Harriet Lewis, chairperson of Gerber Plumbing Fixtures Corp. and a beloved plumbing industry citizen, passed away Sept. 24 of a heart attack at age 81. She was the daughter of company founder Max Gerber and sister of former company CEO Oscar Gerber, who died in 1983.

Harriet Gerber Lewis was one of the first women who has steered a manufacturing company through decades of financial and marketing growth. Since 1953 when she assumed the helm of Gerber Plumbing Fixtures Corporation, the company's annual sales volume increased more than ten-fold, from 7.5 million to approximately $107 million at the close of 1998.

Her father, Max Gerber, a Polish immigrant who came to the United States as a child early in the century, founded the company in 1932. Upon his premature death in 1953, Ms. Lewis shared the responsibility of heading the company with her brother, Oscar L. Gerber and her husband, Maurice L. Lewis.

Harriet Gerber Lewis has brought Gerber Plumbing Fixtures Corp. forward as a successful independent player in an industry dominated by well-known names with substantial corporate resources and affiliations. It is also an industry that has traditionally been a male domain. Ms. Lewis is the only woman to have ever been elected to the National Plumbing Hall of Fame.

A mother and homemaker at the time of Max Gerber's death, Ms. Lewis had to be persuaded to take over her father's firm. In so doing, she established a thread of family management continuity, which now involves a third generation. Harriet, her daughter, Ila Lewis, executive vice president and her other daughter, Nancy Lewis Pollack, retain 100% ownership of the company.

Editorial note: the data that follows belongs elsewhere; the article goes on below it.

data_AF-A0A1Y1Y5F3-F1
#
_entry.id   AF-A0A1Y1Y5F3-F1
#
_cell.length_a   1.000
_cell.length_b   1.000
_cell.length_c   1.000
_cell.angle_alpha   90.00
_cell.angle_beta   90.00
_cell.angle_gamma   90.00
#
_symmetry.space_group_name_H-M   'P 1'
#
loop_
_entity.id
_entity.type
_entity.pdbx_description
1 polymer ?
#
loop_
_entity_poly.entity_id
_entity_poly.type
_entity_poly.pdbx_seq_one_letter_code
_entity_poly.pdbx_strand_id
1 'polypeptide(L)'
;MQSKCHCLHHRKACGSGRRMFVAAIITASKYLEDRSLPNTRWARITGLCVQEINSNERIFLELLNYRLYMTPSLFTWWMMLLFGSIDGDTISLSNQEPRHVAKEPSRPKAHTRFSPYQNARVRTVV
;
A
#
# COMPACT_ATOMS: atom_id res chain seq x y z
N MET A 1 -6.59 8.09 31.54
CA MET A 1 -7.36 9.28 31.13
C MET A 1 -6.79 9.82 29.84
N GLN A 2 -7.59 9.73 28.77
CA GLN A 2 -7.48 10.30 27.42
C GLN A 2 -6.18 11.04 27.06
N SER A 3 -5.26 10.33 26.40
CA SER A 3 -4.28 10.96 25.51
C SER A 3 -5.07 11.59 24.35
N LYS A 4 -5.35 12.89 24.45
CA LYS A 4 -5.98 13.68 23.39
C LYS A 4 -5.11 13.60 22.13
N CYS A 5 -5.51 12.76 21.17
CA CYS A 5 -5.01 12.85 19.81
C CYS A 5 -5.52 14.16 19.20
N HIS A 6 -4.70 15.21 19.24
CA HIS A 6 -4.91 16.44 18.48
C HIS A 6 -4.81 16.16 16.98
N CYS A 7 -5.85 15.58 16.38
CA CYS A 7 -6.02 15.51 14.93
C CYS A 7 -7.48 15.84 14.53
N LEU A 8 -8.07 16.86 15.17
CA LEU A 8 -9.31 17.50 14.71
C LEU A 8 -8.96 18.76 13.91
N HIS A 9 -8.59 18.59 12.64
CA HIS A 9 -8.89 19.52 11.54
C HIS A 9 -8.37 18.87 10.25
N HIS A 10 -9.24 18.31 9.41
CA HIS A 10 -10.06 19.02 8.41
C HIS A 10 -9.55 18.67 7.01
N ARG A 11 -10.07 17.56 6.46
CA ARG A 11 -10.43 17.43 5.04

In her role as company chairman, Ms. Lewis had long been known as "a people person" who has always mixed compassion and concern for the people around her into her financial and legal decision-making responsibilities. She prefered a first name relationship with employees and business associates.

Despite the demands of business, Harriet Gerber Lewis always made time for deep involvement in community and religious affairs. She chaired the multi-million dollar Jewish United Fund campaign in Chicago as well as the Chicago campaign for the U.S. Holocaust Museum. She had also done consulting work for charity organizations near her home in one of Chicago's north shore suburbs.

For her leadership in humanitarian activities, she was honored with recognitions that include the Julius Rosenwald and Deborah awards. Ms. Lewis was also elected to the Chicago Junior Achievement Business Hall of Fame.

Other surviving family members include son, Alan Lewis, and niece Daryl Stokles.